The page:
Henry V (1989)
[Addressing the troops]
King Henry V: And Crispin Crispian shall ne'er go by from this day until the ending of the world but we in it shall be remembered. We few, we happy few, we band of brothers, For he today who sheds his blood with me shall be my brother, Be he ne'er so vile, this day shall gentle his condition, and gentlemen in England now abed shall think themselves acursed they were not here, and hold their manhoods cheap whilst any speaks, that fought with us upon St. Crispin's day!
King Henry V: Once more unto the breach, dear friends, once more; or close the wall up with our English dead!
King Henry V: Canst thou love me?
Princess Katherine: I cannot tell.
King Henry V: Can any of your neighbors tell, Kate? I'll ask them.
King Henry V: We few, we happy few, we band of brothers.
King Henry V: If little faults proceeding on distemper shall not be winked at, how shall we stretch our eye, when capital crimes, chewed, swallowed and digested appear before us?
King Henry V: Customs curtsy to great kings. We are the makers of manners, Kate.
King Henry V: [after kissing Princess Katherine] You have witchcraft in your lips, Kate. There is more eloquence in a sugar-touch of them than in the tongues of the French Council.
Montjoy: Give us leave, great king, to view the field in safety and dispose of their dead bodies.
King Henry V: I tell thee truly, herald, I know not if the day be ours or no.
Montjoy: The day is yours.
King Henry V: Praised be God and not our strength for it! What is this castle called that stands hard by?
Montjoy: They call it Agincourt.
King Henry V: Then call we this the field of Agincourt, fought on the day of Crispin Crispianus.
King Henry V: Fair Katherine, if you will love me soundly with your French heart, I will be glad to hear you confess it brokenly with your English tongue. Do you like me, Kate?
Princess Katherine: [unable to understand his English] Pardonnez-moi, I cannot tell what is 'like me'.
King Henry V: An angel is like you, Kate.
Chorus: Behold, as may unworthiness define / a little touch of Harry in the night.
King Henry V: Once more unto the breach, dear friends, once more, Or close up the wall with our English dead!
[Delivering a message from King Henry to the French King]
Exeter: This is his claim, his threatening and my message. Unless the *Dolphin*
Exeter: be in presence here, to whom expressly I bring greeting too.
French King: For us, we will consider of this further. Tomorrow shall you bear our full intent back to our brother England.
Dauphin: For the *Dauphin*
[emphasizes the correct pronunciation]
Dauphin: , I stand here for him. What to him from England?
Exeter: Scorn and defiance, slight regard, contempt and any thing that may not misbecome the mighty sender, doth he prize you at. Thus says my king.
King Henry V: We would not seek a battle as we are, yet as we are, we say we will not shun it.
King Henry V: Thou hast me, if thou hast me, at the worst; and thou shalt wear me, if thou wear me, better and better.
Chorus: O! For a Muse of fire, that would ascend; The brightest heaven of invention; A kingdom for a stage, princes to act and monarchs to behold the swelling scene. Then should the war-like Harry, like himself, assume the port of Mars; And at his heels, leash'd in like hounds, should famine, sword, and fire crouch for employment.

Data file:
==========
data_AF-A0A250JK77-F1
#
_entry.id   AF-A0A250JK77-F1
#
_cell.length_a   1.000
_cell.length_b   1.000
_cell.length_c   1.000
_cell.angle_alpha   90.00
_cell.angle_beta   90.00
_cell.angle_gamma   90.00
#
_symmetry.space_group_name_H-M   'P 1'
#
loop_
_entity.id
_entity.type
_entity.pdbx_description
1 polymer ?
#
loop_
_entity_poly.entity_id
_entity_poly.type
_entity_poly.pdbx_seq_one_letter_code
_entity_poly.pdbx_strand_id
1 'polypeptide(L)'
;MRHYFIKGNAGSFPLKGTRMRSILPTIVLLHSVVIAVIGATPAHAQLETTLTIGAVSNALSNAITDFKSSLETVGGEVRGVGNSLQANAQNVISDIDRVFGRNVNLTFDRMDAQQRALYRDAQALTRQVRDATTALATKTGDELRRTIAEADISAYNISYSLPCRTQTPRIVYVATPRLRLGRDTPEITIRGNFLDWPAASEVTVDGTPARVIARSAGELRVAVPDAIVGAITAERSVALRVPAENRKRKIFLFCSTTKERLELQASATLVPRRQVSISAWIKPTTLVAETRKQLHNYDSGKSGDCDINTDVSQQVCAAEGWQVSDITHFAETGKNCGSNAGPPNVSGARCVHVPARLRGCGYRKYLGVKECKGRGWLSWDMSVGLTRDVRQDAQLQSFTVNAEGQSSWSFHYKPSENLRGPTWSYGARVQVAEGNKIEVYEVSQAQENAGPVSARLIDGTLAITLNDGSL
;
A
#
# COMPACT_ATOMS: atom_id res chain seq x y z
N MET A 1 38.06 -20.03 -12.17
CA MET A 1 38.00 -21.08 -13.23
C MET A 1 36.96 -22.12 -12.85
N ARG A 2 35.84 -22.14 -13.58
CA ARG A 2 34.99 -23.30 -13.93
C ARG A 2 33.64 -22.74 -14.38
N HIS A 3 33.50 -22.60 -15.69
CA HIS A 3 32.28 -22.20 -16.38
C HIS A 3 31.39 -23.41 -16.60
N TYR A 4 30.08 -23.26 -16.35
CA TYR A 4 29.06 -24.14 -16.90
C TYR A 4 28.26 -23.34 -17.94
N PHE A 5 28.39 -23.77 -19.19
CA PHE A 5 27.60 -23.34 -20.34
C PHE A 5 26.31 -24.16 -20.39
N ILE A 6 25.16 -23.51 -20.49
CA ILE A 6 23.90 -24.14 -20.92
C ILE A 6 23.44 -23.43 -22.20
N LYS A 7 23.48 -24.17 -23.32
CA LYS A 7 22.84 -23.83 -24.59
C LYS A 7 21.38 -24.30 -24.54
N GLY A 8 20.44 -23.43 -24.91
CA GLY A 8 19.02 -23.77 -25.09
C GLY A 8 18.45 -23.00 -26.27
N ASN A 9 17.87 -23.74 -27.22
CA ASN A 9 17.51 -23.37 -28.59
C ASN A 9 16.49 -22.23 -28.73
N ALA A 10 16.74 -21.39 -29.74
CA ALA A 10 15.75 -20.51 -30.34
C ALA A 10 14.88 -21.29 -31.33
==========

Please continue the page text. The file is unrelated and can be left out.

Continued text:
Constable: Where have they this mettle? Is not their climate foggy, raw and dull?
King Henry V: [to Montjoy] I pray thee take my former answer back. Bid them achieve me than sell my bones!"
Bates: He may show what outward courage he will; but I believe, as cold a night as 'tis, he could wish himself in Thames up to the neck; and so I would he were, and I by him.
Williams: But if the cause be not good, the King himself hath a heavy reckoning to make, when all those legs and arms and heads, chopped off in a battle, shall join together at the latter day and cry all, "We died at such a place," some swearing, some crying for a surgeon, some upon their wives left poor behind them, some upon the debts they owe, some upon their children rawly left. I am afeard there are few die well in a battle; for how can they charitably dispose of anything when blood is their argument?
King Henry V: I was not angry since I came to France, until this instant!
[charging his troops to attack the gates of Harfluer]
King Henry V: For there is none of you so mean and base, That hath not noble lustre in your eyes. I see you stand like greyhounds in the slips, Straining upon the start. The game's afoot: Follow your spirit, and upon this charge Cry 'God for Harry, England, and Saint George!'
Falstaff: [stroking his vast gut] Do I not shrink? Do I not dwindle? My skin hangs upon me like an old woman's loose gown.
King Henry V: How yet resolves the governor of the town? This is the latest parle we will admit. Therefore to our best mercy give yourselves, or like to men proud of destruction defy us to our worst. For as I am a soldier, if I begin the batt'ry once again, I will not leave the half-achieved Harfleur, till in her ashes she lie burièd. Therefore, ye men of Harfleur, take pity of your town and of your people, whiles yet my soldiers are in my command, whiles yet the cool and temperate wind of grace o'er blows the filthy and contagious clouds of heady murder, spoil, and villainy! If not... why, in a MOMENT!- look to see the blind and bloody soldier with foul hand defile the locks of your shrill-shrieking daughters, your fathers taken by the silver beards and their most reverend heads dashed to the walls, your naked infants spitted upon PIKES!- whiles the mad mothers with their howls confused do break the CLOUDS! WHAT SAY YOU? Will you yield, and this avoid? Or, guilty in defense, be thus destroyed?